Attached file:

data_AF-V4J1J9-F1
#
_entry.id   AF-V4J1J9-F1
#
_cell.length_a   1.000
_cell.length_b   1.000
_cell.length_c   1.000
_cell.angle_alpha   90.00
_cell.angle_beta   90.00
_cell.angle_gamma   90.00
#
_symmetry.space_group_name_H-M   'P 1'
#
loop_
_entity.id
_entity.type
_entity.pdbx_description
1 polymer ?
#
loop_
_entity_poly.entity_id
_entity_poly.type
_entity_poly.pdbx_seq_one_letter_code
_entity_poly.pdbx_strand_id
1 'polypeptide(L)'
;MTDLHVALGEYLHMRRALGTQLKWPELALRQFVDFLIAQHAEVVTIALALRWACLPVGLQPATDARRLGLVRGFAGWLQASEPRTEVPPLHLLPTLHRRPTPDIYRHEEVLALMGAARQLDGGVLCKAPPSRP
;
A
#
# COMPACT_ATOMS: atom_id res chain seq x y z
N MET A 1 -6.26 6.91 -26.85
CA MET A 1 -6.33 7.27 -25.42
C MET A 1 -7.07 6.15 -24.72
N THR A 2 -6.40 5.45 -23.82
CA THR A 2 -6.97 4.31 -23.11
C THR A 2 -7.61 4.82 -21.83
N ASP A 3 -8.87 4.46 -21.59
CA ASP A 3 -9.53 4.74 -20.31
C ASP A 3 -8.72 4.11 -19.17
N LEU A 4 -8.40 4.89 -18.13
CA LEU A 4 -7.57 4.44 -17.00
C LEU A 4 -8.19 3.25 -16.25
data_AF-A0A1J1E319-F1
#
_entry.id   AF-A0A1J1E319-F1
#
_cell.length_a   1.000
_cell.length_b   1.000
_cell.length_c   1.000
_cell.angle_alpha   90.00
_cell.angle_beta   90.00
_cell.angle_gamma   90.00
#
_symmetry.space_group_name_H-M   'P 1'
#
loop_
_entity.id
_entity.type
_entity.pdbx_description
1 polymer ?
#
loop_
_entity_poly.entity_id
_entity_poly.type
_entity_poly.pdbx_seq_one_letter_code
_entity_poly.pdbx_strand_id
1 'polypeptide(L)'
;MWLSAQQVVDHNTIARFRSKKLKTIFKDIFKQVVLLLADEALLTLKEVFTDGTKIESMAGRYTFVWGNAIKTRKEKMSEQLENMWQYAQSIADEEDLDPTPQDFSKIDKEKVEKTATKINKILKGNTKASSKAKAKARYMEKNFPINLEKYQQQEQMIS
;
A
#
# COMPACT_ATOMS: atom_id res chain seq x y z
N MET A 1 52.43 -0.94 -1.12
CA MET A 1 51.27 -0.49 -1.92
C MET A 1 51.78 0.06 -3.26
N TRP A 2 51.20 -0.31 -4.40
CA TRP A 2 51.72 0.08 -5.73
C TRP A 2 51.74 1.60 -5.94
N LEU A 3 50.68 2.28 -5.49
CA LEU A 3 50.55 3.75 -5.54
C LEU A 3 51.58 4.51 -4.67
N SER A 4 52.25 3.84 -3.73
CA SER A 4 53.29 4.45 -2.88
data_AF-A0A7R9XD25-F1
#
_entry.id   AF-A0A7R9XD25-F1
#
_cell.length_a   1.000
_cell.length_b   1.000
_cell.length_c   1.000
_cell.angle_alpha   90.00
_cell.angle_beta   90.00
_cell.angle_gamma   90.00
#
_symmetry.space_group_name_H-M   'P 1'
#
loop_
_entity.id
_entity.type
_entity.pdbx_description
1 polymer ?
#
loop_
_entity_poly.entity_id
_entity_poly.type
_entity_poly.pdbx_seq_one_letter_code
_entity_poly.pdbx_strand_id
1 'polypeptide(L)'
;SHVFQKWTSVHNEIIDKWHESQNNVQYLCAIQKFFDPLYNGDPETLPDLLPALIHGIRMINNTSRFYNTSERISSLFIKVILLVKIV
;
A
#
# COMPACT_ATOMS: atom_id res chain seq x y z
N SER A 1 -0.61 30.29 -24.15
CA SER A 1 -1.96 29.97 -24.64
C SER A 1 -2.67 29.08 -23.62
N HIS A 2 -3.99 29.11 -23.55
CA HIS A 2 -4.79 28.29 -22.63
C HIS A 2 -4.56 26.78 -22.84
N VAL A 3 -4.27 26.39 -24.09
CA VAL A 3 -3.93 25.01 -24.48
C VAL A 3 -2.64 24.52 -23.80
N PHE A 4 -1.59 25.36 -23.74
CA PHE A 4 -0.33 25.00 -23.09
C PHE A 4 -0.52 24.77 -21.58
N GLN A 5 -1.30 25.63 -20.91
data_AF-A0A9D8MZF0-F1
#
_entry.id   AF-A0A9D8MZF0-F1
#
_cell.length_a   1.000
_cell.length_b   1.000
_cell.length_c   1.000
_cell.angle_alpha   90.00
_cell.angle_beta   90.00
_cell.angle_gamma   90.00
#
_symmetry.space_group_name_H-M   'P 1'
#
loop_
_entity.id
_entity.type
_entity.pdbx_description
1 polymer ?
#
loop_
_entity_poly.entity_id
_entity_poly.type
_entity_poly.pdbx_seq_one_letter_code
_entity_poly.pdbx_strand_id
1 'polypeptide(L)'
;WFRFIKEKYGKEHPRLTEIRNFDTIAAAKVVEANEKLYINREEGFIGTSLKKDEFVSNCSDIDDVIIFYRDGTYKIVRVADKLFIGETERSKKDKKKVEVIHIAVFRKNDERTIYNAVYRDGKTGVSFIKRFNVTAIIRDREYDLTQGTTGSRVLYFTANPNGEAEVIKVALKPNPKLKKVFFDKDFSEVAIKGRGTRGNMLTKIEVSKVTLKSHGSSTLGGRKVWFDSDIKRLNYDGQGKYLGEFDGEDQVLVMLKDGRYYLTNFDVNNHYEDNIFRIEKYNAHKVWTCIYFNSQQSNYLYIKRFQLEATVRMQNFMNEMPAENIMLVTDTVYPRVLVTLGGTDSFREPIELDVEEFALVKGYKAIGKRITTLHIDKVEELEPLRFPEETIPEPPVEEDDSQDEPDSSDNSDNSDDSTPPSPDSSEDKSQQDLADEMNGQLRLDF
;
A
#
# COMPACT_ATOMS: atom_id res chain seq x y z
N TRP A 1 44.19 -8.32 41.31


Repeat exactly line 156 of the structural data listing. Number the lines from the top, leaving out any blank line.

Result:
# COMPACT_ATOMS: atom_id res chain seq x y z